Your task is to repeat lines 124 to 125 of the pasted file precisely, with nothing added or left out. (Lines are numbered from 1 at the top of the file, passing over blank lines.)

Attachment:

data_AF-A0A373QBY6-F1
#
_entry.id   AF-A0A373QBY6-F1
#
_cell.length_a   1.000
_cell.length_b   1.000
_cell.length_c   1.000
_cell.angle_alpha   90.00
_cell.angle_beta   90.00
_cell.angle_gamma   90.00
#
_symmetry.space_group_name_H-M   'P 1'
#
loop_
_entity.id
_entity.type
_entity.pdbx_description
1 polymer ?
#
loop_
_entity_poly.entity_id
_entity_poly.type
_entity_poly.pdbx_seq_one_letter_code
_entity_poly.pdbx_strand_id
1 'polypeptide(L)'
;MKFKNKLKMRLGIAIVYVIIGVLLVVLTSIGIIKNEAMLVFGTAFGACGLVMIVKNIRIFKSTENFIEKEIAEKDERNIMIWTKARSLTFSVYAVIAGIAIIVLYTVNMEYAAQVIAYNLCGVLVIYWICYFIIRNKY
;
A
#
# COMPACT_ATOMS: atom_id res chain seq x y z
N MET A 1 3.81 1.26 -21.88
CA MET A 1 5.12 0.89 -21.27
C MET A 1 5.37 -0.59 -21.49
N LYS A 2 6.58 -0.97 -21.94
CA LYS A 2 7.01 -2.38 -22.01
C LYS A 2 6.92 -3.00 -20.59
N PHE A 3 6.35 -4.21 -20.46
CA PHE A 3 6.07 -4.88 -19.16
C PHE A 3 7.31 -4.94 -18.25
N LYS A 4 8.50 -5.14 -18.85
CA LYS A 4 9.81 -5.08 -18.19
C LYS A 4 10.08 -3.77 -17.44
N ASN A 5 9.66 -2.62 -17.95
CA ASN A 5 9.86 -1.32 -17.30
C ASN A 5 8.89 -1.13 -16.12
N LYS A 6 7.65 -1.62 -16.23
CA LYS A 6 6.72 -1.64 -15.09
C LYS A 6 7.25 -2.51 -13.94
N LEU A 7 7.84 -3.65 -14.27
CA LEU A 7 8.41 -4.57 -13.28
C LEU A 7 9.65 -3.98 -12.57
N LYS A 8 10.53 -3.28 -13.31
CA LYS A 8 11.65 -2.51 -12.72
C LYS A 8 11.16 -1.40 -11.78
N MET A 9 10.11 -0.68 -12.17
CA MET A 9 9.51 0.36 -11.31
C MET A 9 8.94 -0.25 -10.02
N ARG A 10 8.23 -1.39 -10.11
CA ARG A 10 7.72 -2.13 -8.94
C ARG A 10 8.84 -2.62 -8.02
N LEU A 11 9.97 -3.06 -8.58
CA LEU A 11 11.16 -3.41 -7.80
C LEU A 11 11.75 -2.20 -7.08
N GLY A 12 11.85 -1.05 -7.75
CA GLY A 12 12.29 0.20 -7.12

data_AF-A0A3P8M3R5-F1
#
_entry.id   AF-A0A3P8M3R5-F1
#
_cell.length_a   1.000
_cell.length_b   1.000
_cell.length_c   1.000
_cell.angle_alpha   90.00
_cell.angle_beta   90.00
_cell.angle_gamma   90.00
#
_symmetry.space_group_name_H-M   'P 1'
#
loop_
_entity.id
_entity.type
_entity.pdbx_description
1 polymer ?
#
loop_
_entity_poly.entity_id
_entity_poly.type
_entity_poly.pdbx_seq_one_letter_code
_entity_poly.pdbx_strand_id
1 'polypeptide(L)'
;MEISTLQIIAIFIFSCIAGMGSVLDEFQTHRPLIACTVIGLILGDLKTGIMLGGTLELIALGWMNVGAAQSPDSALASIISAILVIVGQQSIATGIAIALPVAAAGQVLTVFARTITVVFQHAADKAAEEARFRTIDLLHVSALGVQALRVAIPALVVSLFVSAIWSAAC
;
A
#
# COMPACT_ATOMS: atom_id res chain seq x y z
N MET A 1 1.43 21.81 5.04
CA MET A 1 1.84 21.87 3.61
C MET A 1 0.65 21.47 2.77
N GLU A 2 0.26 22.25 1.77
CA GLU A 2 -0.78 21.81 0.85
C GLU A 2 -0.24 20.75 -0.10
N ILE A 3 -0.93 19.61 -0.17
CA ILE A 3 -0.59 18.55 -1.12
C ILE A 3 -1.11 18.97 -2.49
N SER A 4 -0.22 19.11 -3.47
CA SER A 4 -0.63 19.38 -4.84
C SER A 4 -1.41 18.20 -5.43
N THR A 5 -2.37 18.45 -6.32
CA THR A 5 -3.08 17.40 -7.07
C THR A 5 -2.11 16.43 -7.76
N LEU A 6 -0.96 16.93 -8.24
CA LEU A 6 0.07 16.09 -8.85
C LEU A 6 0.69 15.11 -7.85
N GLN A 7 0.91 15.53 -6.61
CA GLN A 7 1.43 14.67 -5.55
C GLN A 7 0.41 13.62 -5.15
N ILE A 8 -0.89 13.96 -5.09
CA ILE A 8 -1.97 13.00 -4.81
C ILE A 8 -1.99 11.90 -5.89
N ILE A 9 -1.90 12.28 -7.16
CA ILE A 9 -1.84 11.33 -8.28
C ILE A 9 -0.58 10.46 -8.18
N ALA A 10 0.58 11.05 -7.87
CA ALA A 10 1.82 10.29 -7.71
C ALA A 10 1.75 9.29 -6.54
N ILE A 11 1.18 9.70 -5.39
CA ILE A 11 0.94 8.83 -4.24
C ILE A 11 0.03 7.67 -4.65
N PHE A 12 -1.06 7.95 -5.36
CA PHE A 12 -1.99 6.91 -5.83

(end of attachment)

CA ALA A 10 1.82 10.29 -7.71
C ALA A 10 1.75 9.29 -6.54